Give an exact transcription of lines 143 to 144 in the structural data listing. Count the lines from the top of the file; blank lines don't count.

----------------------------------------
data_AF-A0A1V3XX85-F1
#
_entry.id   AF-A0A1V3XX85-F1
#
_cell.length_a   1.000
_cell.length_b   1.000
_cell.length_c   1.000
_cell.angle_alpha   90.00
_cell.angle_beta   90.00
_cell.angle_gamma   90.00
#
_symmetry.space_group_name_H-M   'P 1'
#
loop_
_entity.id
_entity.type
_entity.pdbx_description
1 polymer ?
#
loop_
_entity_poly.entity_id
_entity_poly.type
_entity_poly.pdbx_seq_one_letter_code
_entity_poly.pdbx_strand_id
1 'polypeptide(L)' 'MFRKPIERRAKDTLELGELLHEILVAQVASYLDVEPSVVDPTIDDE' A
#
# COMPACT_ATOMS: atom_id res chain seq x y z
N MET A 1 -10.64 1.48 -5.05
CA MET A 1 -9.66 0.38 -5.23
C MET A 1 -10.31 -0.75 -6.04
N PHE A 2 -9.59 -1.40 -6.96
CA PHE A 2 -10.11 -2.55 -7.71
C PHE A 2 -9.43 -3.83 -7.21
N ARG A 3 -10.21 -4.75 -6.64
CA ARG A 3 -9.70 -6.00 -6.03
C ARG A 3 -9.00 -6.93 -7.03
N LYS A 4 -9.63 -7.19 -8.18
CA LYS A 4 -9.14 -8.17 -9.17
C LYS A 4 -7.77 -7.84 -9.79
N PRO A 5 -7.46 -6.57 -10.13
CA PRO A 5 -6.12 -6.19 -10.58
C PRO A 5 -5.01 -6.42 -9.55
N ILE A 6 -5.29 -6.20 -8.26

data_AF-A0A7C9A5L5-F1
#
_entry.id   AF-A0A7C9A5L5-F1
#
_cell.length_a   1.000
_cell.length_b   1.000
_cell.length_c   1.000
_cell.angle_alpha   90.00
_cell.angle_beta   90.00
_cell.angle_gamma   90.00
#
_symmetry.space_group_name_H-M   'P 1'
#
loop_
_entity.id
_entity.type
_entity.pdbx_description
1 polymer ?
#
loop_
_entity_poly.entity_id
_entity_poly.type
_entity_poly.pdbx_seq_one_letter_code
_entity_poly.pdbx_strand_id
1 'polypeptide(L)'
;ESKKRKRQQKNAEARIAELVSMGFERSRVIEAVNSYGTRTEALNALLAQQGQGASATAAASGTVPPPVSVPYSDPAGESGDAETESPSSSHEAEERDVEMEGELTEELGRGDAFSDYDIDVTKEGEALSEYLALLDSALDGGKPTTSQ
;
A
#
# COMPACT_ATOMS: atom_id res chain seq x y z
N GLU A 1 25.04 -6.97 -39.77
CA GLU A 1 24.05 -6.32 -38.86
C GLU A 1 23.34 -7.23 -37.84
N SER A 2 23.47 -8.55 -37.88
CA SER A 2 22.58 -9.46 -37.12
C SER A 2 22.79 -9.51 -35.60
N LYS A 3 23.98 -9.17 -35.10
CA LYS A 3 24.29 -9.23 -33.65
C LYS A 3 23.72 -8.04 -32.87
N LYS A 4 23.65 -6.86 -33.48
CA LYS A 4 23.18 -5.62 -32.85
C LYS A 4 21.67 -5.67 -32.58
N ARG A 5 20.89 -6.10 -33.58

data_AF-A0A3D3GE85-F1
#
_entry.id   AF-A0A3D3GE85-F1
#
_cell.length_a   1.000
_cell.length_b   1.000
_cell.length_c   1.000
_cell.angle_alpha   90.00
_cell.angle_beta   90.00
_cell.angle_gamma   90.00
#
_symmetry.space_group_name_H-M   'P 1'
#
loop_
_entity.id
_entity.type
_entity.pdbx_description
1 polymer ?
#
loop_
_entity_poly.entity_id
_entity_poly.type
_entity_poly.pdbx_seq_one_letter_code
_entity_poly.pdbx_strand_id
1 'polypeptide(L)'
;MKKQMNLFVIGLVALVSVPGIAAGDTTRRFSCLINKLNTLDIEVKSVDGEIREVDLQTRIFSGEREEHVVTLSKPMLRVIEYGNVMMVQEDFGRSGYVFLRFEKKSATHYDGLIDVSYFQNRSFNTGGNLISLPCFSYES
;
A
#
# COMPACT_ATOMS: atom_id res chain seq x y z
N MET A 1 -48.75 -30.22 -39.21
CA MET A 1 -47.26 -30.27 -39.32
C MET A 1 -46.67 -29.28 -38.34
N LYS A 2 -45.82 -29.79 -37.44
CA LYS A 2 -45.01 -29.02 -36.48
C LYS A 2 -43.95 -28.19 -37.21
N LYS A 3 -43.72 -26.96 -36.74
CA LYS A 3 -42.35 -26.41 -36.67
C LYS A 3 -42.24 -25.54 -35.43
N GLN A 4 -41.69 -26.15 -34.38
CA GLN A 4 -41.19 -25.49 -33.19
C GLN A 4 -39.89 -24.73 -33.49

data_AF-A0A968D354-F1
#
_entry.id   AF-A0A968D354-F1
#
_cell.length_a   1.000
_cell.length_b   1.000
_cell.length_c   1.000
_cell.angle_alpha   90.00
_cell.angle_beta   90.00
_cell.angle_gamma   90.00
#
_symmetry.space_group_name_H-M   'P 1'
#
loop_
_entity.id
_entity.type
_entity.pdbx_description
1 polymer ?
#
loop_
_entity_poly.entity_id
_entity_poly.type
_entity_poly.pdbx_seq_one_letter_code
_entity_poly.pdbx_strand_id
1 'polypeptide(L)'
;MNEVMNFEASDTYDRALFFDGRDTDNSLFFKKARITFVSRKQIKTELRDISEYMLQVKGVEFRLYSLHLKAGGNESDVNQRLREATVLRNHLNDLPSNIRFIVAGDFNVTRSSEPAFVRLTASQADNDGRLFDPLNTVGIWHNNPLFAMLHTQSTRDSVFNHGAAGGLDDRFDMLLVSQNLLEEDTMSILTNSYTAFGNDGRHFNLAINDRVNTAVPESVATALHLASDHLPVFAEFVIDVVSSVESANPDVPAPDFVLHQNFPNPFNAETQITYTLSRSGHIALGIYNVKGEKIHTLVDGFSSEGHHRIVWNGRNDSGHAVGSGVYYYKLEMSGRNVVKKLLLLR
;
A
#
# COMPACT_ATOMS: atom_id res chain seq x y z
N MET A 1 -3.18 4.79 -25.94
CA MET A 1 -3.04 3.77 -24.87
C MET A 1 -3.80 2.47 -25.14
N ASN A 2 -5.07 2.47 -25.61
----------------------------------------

_entity.id
_entity.type